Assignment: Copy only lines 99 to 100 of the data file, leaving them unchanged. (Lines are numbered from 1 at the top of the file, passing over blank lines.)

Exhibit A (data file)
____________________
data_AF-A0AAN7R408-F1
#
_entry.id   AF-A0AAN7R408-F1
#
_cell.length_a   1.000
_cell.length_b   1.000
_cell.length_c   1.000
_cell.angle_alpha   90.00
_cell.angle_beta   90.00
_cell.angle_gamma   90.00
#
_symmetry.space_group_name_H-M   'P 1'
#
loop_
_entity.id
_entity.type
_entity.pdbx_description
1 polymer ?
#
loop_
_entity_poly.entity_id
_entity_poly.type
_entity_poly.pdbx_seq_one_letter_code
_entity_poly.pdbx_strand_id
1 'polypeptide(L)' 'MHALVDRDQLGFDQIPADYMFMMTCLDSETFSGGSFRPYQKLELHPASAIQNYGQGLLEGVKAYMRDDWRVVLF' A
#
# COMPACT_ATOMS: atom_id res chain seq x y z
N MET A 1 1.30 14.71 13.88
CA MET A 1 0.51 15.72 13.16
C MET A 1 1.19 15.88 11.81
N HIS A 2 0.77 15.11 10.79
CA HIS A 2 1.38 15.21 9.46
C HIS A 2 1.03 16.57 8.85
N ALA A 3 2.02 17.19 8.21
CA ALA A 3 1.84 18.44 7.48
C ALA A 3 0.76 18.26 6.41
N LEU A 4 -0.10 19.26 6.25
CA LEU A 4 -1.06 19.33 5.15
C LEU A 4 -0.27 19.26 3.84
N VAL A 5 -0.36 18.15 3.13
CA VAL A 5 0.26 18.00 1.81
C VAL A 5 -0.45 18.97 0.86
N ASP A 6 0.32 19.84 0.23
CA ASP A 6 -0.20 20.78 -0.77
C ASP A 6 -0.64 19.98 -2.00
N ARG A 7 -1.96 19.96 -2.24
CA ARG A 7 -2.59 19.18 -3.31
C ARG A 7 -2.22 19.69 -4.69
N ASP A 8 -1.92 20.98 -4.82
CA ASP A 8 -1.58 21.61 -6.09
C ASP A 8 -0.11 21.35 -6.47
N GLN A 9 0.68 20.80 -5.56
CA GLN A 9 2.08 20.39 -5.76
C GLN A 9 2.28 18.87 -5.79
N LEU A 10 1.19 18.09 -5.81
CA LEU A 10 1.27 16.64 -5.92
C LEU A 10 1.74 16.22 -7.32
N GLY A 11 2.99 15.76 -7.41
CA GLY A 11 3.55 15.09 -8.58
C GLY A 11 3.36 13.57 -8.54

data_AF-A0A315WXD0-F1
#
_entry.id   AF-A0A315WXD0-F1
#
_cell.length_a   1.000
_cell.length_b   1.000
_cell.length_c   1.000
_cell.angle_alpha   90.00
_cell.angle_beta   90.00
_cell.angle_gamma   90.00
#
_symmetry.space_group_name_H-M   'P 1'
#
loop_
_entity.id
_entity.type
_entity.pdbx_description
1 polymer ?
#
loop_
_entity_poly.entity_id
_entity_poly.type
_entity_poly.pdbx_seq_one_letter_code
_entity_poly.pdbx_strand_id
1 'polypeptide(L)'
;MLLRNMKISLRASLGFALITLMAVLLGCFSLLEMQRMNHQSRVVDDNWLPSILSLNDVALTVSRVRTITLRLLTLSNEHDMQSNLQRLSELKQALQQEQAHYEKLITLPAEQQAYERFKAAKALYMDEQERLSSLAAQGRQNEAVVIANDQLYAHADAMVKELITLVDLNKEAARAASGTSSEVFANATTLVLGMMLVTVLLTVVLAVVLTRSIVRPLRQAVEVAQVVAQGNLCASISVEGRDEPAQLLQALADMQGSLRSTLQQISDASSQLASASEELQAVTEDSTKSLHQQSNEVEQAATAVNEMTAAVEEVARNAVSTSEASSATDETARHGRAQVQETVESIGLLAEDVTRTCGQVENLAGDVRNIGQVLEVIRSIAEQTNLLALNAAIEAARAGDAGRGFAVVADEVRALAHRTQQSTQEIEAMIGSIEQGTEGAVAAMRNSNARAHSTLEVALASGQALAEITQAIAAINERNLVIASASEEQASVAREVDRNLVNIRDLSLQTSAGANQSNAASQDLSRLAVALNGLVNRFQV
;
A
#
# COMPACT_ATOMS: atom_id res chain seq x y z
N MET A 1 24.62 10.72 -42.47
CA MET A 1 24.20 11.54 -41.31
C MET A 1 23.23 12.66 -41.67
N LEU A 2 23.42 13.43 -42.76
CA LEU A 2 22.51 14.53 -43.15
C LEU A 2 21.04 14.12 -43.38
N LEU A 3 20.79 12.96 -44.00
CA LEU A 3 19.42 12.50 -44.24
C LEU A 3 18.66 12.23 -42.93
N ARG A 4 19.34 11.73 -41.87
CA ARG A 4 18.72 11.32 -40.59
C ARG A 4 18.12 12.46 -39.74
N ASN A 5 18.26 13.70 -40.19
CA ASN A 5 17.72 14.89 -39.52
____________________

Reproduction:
C LEU A 3 18.66 12.23 -42.93
N ARG A 4 19.34 11.73 -41.87